Geographic distribution of amino acid mutations in DHFR and DHPS in Plasmodium vivax isolates from Lao PDR, India and Colombia.
Saralamba N., Nakeesathit S., Mayxay M., Newton PN., Osorio L., Kim J-R., White NJ., Day NPJ., Dondorp AM., Imwong M.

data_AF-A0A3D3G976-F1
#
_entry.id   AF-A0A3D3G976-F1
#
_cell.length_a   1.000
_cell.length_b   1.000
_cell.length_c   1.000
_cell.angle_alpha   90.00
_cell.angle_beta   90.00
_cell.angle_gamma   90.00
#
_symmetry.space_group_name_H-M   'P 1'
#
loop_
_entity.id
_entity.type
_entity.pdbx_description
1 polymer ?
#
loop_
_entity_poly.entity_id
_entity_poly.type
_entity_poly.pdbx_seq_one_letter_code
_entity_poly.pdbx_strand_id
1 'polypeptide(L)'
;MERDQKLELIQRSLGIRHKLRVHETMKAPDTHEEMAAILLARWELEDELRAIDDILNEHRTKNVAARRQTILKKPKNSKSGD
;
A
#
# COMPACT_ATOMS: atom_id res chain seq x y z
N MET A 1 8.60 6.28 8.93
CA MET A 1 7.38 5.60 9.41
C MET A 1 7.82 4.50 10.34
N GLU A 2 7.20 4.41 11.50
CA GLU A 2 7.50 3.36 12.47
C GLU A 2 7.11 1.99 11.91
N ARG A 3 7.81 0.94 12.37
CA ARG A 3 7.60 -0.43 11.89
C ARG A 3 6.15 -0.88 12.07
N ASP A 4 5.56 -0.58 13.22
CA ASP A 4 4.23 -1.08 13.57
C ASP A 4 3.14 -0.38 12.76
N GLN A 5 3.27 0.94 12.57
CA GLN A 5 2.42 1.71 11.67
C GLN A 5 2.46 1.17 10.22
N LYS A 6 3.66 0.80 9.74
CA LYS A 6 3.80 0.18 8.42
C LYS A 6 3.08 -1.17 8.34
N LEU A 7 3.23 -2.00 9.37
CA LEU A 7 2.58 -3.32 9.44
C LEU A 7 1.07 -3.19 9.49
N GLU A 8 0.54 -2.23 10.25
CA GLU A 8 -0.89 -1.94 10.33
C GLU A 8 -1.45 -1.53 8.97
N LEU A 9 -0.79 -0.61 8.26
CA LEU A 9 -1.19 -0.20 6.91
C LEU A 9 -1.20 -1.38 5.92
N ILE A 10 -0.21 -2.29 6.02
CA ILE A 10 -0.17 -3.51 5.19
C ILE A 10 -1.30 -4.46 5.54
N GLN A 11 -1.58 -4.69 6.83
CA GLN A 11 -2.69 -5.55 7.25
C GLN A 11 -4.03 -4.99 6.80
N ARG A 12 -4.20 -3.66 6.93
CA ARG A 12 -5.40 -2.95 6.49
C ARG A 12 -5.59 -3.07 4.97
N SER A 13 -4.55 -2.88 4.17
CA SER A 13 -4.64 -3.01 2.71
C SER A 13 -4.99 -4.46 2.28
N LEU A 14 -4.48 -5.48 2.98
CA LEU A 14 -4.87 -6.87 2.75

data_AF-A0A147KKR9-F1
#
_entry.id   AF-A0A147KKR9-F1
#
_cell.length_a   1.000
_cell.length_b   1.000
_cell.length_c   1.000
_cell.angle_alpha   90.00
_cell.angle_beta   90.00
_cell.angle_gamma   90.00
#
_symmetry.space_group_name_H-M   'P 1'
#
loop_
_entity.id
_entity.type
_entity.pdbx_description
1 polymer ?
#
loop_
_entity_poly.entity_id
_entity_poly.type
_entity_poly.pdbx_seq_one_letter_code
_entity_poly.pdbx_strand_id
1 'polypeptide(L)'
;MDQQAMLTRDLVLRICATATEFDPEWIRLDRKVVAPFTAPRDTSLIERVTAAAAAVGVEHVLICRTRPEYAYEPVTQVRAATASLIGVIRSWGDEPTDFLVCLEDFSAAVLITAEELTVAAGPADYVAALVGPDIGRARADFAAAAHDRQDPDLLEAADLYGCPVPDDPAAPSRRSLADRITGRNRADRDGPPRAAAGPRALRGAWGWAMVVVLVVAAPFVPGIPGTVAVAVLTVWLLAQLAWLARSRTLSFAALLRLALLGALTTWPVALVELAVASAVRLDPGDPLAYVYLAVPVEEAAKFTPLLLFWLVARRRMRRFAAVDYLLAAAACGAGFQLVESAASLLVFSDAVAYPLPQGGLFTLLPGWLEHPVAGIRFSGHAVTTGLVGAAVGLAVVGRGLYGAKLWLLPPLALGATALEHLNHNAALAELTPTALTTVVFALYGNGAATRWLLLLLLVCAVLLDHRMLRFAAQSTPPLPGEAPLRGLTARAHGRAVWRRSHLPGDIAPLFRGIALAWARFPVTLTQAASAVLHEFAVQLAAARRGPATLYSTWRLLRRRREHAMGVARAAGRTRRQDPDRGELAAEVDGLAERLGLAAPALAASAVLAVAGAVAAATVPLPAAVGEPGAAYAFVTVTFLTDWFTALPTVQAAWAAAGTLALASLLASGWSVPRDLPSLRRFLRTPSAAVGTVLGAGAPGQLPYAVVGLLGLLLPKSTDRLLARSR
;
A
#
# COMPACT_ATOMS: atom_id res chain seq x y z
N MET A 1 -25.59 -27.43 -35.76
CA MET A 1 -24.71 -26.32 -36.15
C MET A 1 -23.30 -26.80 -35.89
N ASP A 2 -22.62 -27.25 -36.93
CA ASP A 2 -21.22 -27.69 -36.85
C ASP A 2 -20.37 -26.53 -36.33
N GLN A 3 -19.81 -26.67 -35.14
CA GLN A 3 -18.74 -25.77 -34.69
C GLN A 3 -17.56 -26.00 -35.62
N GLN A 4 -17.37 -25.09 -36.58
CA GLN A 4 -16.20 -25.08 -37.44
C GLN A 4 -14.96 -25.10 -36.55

BACKGROUND: Non-synonymous mutations in dhfr and dhps genes in Plasmodium vivax are associated with sulfadoxine-pyrimethamine (SP) resistance. The present study aimed to assess the prevalence of point mutations in P. vivax dhfr (pvdhfr) and P. vivax dhps (pvdhps) genes in three countries: Lao PDR, India and Colombia. METHODS: Samples from 203 microscopically diagnosed vivax malaria were collected from the three countries. Five codons at positions 13, 57, 58, 61, and 117 of pvdhfr and two codons at positions 383 and 553 of pvdhps were examined by polymerase chain reaction-restriction fragment length polymorphism methodology. RESULTS: The largest number of 58R/117 N double mutations in pvdhfr was observed in Colombia (94.3 %), while the corresponding wild-type amino acids were found at high frequencies in Lao PDR during 2001-2004 (57.8 %). Size polymorphism analysis of the tandem repeats within pvdhfr revealed that 74.3 % of all the isolates carried the type B variant. Eighty-nine per cent of all the isolates examined carried wild-type pvdhps A383 and A553. CONCLUSIONS: Although SP is not generally used to treat P. vivax infections, mutations in dhfr and dhps that confer antifolate resistance in P. vivax are common. The data strongly suggest that, when used primarily to treat falciparum malaria, SP can exert a substantial selective pressure on P. vivax populations, and this can lead to point mutations in dhfr and dhps. Accurate data on the global geographic distribution of dhfr and dhps genotypes should help to inform anti-malarial drug-use policies.